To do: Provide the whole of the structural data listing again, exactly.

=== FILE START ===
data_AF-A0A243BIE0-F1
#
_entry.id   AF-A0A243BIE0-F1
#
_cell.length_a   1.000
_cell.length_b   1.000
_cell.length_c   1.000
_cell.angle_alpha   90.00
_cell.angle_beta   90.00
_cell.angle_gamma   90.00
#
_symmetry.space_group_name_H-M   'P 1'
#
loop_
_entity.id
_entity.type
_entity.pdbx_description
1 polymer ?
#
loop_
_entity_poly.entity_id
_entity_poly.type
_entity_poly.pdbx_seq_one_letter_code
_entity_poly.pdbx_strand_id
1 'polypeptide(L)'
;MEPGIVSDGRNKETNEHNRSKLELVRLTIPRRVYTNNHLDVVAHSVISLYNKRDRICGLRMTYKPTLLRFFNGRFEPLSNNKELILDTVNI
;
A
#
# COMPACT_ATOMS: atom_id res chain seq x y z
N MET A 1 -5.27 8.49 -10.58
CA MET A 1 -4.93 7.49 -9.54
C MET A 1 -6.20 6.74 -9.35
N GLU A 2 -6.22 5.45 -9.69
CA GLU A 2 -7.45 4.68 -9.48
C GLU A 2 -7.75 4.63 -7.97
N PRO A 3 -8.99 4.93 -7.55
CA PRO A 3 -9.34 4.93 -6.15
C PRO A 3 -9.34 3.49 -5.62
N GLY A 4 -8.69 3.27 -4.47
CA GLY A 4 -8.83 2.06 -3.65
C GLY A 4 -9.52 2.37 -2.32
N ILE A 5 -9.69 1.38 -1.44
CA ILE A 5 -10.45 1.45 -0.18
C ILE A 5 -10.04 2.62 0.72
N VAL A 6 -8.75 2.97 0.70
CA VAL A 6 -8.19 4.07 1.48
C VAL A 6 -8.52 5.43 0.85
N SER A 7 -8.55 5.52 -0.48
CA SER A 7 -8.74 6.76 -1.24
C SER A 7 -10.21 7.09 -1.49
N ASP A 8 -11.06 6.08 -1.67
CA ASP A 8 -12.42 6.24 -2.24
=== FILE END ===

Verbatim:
data_AF-A0A243BIE0-F1
#
_entry.id   AF-A0A243BIE0-F1
#
_cell.length_a   1.000
_cell.length_b   1.000
_cell.length_c   1.000
_cell.angle_alpha   90.00
_cell.angle_beta   90.00
_cell.angle_gamma   90.00
#
_symmetry.space_group_name_H-M   'P 1'
#
loop_
_entity.id
_entity.type
_entity.pdbx_description
1 polymer ?
#
loop_
_entity_poly.entity_id
_entity_poly.type
_entity_poly.pdbx_seq_one_letter_code
_entity_poly.pdbx_strand_id
1 'polypeptide(L)'
;MEPGIVSDGRNKETNEHNRSKLELVRLTIPRRVYTNNHLDVVAHSVISLYNKRDRICGLRMTYKPTLLRFFNGRFEPLSNNKELILDTVNI
;
A
#
# COMPACT_ATOMS: atom_id res chain seq x y z
N MET A 1 -5.27 8.49 -10.58
CA MET A 1 -4.93 7.49 -9.54
C MET A 1 -6.20 6.74 -9.35
N GLU A 2 -6.22 5.45 -9.69
CA GLU A 2 -7.45 4.68 -9.48
C GLU A 2 -7.75 4.63 -7.97
N PRO A 3 -8.99 4.93 -7.55
CA PRO A 3 -9.34 4.93 -6.15
C PRO A 3 -9.34 3.49 -5.62
N GLY A 4 -8.69 3.27 -4.47
CA GLY A 4 -8.83 2.06 -3.65
C GLY A 4 -9.52 2.37 -2.32
N ILE A 5 -9.69 1.38 -1.44
CA ILE A 5 -10.45 1.45 -0.18
C ILE A 5 -10.04 2.62 0.72
N VAL A 6 -8.75 2.97 0.70
CA VAL A 6 -8.19 4.07 1.48
C VAL A 6 -8.52 5.43 0.85
N SER A 7 -8.55 5.52 -0.48
CA SER A 7 -8.74 6.76 -1.24
C SER A 7 -10.21 7.09 -1.49
N ASP A 8 -11.06 6.08 -1.67
CA ASP A 8 -12.42 6.24 -2.24